Minnesota: the Hidden Star of the North
After years of living up in Indonesia’s constant heat and humidity, going to school at the University of Minnesota couldn’t be a more different experience. For one thing, it is now completely justifiable for me to quote G. R. R. Martin’s House Stark family’s motto—winter is coming. Every fall, beginning in October, all of us here are waiting half-excitedly, half-exasperatedly, for the one thing we know is coming: winter.
Minnesota may not be a well-known study abroad destination amongst Indonesians; the Gopher state even may appear invisible to them. Even so, this “Land of 10,000 Lakes” actually houses the head-quarters of many world-renowned institutions, such as IBM, Land O’Lakes, 3M (ever used Post-It® notes?), and Target. More recently, Mayo Clinic at Rochester, Minnesota made the world wide news for its successful clinical trial in which a patient with metastatic multiple myeloma, a type of blood cancer, went into full remission following a treatment using genetically-engineered Measles virus.
See, Minnesota is not as hidden as some would think.
University of Minnesota, Twin Cities: Home of the Golden Gophers
The University of Minnesota, Twin Cities, known as the U of M or simply the U, is the largest university in Minnesota. With a total student population of more than 50,000, the U is huge, but not exactly jam-packed. The U of M is also known for its research activities, ranking in the Top 25 of the nation’s research universities and being considered a Public Ivy school, a public school of Ivy League credentials.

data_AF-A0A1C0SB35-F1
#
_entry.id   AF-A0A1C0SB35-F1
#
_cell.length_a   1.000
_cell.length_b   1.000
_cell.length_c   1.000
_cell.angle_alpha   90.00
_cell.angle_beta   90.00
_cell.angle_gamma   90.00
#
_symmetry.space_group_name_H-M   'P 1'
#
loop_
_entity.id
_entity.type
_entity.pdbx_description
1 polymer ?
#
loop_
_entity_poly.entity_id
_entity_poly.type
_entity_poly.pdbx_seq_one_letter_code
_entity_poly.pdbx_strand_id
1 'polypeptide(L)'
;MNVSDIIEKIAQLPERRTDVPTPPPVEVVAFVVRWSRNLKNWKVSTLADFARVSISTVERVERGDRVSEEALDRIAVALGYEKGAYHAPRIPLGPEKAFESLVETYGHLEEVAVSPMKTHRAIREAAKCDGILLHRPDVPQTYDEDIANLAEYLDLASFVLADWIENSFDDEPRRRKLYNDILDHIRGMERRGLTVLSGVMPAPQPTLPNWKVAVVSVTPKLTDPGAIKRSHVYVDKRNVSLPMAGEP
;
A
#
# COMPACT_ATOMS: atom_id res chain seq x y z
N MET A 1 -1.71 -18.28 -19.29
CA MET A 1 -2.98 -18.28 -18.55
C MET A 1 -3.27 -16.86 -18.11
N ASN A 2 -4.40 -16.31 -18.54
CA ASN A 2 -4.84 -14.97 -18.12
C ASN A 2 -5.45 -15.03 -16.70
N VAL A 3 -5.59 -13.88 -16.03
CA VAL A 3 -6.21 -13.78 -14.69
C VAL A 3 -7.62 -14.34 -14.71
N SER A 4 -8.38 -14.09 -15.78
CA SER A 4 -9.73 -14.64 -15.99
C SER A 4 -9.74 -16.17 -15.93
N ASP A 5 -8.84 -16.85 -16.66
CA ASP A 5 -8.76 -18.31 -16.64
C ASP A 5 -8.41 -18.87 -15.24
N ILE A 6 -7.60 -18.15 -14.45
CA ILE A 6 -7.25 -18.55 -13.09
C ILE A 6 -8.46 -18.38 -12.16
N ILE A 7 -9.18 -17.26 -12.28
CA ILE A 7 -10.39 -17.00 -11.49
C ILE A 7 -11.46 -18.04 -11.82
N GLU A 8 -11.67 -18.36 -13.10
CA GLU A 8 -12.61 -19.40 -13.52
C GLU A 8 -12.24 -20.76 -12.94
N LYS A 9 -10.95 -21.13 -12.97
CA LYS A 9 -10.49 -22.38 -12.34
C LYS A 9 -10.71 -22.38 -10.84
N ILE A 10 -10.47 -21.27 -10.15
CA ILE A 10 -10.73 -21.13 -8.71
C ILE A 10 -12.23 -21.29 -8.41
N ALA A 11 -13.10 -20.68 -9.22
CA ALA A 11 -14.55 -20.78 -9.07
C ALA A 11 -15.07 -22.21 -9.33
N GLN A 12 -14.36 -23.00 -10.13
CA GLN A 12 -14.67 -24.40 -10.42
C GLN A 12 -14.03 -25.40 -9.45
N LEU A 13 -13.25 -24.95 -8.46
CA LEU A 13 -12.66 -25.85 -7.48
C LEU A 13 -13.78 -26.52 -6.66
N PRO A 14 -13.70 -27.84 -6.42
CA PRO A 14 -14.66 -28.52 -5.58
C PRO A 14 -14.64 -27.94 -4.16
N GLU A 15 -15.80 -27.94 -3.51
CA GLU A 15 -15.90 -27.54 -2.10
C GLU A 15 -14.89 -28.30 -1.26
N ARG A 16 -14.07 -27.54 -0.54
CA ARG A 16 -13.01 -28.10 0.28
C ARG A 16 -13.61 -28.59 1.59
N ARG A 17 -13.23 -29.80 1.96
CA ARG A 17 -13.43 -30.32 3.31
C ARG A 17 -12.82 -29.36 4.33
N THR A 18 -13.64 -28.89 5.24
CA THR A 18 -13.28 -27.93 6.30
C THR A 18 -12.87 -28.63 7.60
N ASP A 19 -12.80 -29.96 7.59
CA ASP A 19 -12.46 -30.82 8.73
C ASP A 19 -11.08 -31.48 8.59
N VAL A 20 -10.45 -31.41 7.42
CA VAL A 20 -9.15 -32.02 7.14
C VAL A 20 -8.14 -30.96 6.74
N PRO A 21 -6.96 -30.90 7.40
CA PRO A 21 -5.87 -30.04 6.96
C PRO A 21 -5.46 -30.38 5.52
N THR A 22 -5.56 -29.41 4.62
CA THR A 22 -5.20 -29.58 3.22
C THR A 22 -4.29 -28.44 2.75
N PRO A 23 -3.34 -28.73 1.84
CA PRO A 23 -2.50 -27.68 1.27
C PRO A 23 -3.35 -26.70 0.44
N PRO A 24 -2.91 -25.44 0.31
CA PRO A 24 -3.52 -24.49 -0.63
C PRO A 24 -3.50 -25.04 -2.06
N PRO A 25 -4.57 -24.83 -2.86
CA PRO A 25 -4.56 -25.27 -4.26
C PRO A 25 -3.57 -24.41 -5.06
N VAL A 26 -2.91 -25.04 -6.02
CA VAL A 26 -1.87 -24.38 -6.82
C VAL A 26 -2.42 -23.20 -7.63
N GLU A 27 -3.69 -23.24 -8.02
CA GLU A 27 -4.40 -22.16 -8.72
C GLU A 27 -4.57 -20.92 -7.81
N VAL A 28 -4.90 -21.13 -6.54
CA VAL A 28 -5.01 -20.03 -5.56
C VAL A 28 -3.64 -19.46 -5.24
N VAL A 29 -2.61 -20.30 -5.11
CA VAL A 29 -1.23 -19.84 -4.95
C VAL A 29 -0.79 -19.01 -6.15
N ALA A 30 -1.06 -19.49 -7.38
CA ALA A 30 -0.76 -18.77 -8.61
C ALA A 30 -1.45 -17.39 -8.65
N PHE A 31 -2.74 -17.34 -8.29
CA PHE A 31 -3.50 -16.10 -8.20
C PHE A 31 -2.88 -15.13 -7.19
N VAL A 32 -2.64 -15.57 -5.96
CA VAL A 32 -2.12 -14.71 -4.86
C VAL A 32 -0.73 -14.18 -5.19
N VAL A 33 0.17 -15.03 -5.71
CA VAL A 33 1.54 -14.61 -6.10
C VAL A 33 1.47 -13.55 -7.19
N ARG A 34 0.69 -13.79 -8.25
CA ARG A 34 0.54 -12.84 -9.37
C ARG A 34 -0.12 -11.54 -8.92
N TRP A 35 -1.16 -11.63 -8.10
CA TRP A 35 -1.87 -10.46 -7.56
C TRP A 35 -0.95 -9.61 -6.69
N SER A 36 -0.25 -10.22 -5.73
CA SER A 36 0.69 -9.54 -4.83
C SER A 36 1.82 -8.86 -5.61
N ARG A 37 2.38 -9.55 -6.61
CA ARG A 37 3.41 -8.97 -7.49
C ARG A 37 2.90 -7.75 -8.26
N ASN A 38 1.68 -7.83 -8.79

With two campuses, one in Minneapolis and another in Saint Paul, students often find themselves having classes at all three sites—the Minneapolis campus having two regions: East Bank and West Bank, sitting on both sides of the Mississippi river. Generally, East Bank is the main campus, while Saint Paul is mostly for agriculture, animal science, biology, and food science majors, whereas the West Bank is best known for its art and business school.
Although student life can get busy as semesters pass by, the U provides plenty of stress-relief and entertainment, among them our very own stage venue at the heart of the U, Northrop Auditorium. Having just re-opened following renovation, Northrop holds performances of various natures from around the world, some of which are open to students at little to no charge. And as far as entertainment goes, our very own school mascot, Goldy the Gopher, would often drop by at random places to greet us students, before whizzing off on his personal Segway.
With classes and student groups, Greek life and sports teams, students have limitless possibilities of things to do as a student. Seriously! We have student groups from Beatboxers to People Watchers, from Ski and Snowboarding to Quidditch. And if you can’t find one that you like? You can always create your own groups and activities!
Still, some people may find going straight to a university abroad to be intimidating. No worries. Don’t want to jump right into university life? There is always an option to take a semester or two at nearby community colleges before transferring to the U. Convenient!